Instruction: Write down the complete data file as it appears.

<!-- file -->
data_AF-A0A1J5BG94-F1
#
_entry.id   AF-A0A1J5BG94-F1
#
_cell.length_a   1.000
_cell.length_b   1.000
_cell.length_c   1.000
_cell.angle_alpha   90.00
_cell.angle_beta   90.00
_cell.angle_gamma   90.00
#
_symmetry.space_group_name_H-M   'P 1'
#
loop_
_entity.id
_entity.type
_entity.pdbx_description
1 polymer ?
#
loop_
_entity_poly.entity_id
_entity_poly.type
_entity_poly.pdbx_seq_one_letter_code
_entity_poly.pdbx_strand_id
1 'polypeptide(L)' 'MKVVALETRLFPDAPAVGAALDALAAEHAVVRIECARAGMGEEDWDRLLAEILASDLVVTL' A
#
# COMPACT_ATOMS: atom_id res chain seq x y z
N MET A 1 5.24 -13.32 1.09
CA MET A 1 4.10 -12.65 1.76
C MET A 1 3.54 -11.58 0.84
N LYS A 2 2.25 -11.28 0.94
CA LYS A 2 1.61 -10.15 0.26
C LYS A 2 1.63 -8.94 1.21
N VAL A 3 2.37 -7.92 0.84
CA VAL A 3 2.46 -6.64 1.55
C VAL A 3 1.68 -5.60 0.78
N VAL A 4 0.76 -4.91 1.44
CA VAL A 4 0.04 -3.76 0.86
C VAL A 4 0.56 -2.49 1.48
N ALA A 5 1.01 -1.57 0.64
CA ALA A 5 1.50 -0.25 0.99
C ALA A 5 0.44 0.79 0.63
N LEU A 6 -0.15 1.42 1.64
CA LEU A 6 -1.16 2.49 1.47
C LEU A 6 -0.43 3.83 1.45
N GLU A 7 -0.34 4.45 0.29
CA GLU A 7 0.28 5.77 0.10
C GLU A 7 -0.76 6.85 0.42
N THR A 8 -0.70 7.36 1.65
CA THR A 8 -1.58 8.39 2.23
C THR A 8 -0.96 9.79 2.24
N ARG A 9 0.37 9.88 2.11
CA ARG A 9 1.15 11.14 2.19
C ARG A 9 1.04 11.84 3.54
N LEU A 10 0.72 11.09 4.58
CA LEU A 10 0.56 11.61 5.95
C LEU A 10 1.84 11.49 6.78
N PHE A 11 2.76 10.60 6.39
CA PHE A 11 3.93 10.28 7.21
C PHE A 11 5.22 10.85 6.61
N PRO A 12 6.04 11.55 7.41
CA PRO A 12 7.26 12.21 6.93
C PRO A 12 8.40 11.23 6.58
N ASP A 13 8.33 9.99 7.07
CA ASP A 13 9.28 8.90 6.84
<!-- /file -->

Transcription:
data_AF-A0A1J5BG94-F1
#
_entry.id   AF-A0A1J5BG94-F1
#
_cell.length_a   1.000
_cell.length_b   1.000
_cell.length_c   1.000
_cell.angle_alpha   90.00
_cell.angle_beta   90.00
_cell.angle_gamma   90.00
#
_symmetry.space_group_name_H-M   'P 1'
#
loop_
_entity.id
_entity.type
_entity.pdbx_description
1 polymer ?
#
loop_
_entity_poly.entity_id
_entity_poly.type
_entity_poly.pdbx_seq_one_letter_code
_entity_poly.pdbx_strand_id
1 'polypeptide(L)' 'MKVVALETRLFPDAPAVGAALDALAAEHAVVRIECARAGMGEEDWDRLLAEILASDLVVTL' A
#
# COMPACT_ATOMS: atom_id res chain seq x y z
N MET A 1 5.24 -13.32 1.09
CA MET A 1 4.10 -12.65 1.76
C MET A 1 3.54 -11.58 0.84
N LYS A 2 2.25 -11.28 0.94
CA LYS A 2 1.61 -10.15 0.26
C LYS A 2 1.63 -8.94 1.21
N VAL A 3 2.37 -7.92 0.84
CA VAL A 3 2.46 -6.64 1.55
C VAL A 3 1.68 -5.60 0.78
N VAL A 4 0.76 -4.91 1.44
CA VAL A 4 0.04 -3.76 0.86
C VAL A 4 0.56 -2.49 1.48
N ALA A 5 1.01 -1.57 0.64
CA ALA A 5 1.50 -0.25 0.99
C ALA A 5 0.44 0.79 0.63
N LEU A 6 -0.15 1.42 1.64
CA LEU A 6 -1.16 2.49 1.47
C LEU A 6 -0.43 3.83 1.45
N GLU A 7 -0.34 4.45 0.29
CA GLU A 7 0.28 5.77 0.10
C GLU A 7 -0.76 6.85 0.42
N THR A 8 -0.70 7.36 1.65
CA THR A 8 -1.58 8.39 2.23
C THR A 8 -0.96 9.79 2.24
N ARG A 9 0.37 9.88 2.11
CA ARG A 9 1.15 11.14 2.19
C ARG A 9 1.04 11.84 3.54
N LEU A 10 0.72 11.09 4.58
CA LEU A 10 0.56 11.61 5.95
C LEU A 10 1.84 11.49 6.78
N PHE A 11 2.76 10.60 6.39
CA PHE A 11 3.93 10.28 7.21
C PHE A 11 5.22 10.85 6.61
N PRO A 12 6.04 11.55 7.41
CA PRO A 12 7.26 12.21 6.93
C PRO A 12 8.40 11.23 6.58
N ASP A 13 8.33 9.99 7.07
CA ASP A 13 9.28 8.90 6.84